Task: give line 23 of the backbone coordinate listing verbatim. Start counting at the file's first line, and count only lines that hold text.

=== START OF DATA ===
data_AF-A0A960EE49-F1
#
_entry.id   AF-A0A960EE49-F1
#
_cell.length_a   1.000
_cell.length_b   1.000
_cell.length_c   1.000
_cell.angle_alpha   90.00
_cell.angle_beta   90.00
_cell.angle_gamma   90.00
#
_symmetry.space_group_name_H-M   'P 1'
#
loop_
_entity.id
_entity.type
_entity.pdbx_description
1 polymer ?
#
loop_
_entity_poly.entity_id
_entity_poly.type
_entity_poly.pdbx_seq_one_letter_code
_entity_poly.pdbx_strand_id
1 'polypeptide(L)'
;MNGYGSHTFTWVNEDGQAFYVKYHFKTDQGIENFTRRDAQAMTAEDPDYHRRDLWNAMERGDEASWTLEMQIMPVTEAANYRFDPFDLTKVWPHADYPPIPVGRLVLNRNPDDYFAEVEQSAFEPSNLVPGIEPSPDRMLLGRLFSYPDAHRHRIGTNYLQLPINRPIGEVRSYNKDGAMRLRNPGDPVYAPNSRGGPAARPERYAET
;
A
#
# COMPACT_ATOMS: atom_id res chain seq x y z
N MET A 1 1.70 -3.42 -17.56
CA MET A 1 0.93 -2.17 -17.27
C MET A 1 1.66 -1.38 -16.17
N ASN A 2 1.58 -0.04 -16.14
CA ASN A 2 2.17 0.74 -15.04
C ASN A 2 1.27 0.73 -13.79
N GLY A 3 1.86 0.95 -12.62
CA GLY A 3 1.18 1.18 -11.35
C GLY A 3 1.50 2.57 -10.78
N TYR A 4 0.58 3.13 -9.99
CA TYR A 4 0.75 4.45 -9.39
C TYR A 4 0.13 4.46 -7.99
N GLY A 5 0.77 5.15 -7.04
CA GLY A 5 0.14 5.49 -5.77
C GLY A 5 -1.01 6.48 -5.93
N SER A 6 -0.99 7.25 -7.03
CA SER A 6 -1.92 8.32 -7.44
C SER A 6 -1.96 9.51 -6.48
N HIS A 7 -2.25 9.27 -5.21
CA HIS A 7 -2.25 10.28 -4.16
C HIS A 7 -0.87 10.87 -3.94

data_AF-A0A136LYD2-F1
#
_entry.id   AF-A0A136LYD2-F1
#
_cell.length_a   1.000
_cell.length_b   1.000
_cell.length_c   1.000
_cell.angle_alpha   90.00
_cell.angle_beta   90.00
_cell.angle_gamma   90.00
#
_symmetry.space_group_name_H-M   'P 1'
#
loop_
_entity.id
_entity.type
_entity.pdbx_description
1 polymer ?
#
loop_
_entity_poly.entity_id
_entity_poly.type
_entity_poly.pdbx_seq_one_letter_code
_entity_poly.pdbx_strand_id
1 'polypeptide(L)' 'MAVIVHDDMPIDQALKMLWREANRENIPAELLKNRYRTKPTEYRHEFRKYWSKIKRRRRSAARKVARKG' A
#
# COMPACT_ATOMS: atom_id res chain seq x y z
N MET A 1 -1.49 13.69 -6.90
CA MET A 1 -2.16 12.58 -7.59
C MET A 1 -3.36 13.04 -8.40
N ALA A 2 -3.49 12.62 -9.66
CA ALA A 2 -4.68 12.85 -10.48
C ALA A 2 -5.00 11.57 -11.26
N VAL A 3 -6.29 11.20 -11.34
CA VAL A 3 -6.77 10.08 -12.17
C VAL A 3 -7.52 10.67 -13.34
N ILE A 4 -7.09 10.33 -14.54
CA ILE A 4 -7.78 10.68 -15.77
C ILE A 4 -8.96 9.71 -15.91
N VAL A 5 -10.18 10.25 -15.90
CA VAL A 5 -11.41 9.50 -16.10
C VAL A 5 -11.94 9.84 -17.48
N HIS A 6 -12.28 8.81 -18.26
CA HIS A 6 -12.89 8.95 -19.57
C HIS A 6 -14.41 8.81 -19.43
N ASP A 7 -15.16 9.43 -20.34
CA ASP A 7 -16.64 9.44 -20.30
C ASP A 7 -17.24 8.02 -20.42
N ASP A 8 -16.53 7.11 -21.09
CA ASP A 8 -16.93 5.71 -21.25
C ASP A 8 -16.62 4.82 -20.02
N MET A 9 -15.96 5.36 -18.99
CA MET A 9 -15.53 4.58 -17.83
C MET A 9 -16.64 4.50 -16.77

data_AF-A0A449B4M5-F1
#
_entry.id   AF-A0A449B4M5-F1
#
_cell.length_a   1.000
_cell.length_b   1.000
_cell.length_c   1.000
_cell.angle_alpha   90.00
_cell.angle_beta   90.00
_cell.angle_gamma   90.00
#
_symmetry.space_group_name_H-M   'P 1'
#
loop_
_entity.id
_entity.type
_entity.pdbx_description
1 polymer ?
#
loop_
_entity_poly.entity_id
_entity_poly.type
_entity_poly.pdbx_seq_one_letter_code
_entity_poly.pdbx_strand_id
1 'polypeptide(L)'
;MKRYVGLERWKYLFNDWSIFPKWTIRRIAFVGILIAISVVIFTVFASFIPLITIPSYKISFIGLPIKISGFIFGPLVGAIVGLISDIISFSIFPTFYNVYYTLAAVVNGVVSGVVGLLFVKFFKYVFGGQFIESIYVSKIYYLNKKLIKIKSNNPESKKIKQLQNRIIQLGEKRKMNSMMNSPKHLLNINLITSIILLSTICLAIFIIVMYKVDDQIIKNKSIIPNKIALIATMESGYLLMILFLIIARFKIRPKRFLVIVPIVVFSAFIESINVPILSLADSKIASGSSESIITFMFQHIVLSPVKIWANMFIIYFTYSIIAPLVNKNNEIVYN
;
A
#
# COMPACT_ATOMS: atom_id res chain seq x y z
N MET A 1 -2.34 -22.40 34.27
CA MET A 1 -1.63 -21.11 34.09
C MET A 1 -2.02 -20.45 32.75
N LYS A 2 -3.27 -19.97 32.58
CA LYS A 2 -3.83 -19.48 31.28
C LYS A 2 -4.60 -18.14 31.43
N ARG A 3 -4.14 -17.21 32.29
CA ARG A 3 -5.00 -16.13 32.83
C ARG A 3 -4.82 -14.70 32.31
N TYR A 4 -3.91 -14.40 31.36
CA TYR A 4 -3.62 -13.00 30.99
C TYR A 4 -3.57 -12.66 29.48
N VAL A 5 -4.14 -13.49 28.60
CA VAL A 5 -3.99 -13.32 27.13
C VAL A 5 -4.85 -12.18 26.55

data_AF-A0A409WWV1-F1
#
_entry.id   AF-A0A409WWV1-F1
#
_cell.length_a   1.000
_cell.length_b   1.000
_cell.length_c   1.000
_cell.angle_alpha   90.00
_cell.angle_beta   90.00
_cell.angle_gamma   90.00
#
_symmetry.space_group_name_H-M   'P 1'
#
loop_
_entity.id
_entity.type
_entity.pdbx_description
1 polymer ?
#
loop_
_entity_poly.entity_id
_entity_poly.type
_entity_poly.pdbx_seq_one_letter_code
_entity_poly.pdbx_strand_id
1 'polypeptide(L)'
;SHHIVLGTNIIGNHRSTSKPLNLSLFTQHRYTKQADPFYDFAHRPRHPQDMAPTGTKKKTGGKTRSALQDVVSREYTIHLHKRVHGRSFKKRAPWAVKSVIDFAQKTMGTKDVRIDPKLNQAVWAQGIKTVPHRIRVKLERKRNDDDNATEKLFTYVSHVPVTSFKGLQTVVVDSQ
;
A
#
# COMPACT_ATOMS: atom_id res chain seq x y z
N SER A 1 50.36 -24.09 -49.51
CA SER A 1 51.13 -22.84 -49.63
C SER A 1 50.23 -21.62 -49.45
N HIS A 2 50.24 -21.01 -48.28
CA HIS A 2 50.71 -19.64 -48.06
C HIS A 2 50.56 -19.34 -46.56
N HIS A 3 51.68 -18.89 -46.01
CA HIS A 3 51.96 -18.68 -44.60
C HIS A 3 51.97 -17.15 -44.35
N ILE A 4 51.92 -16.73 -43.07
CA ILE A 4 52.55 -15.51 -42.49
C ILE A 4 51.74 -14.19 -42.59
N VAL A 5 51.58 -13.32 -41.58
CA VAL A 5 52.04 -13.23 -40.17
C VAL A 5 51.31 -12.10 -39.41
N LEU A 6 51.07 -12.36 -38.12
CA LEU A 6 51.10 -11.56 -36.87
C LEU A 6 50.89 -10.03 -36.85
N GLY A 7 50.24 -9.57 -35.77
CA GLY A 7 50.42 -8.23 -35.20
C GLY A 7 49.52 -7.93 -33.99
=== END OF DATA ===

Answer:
_entity_poly.pdbx_seq_one_letter_code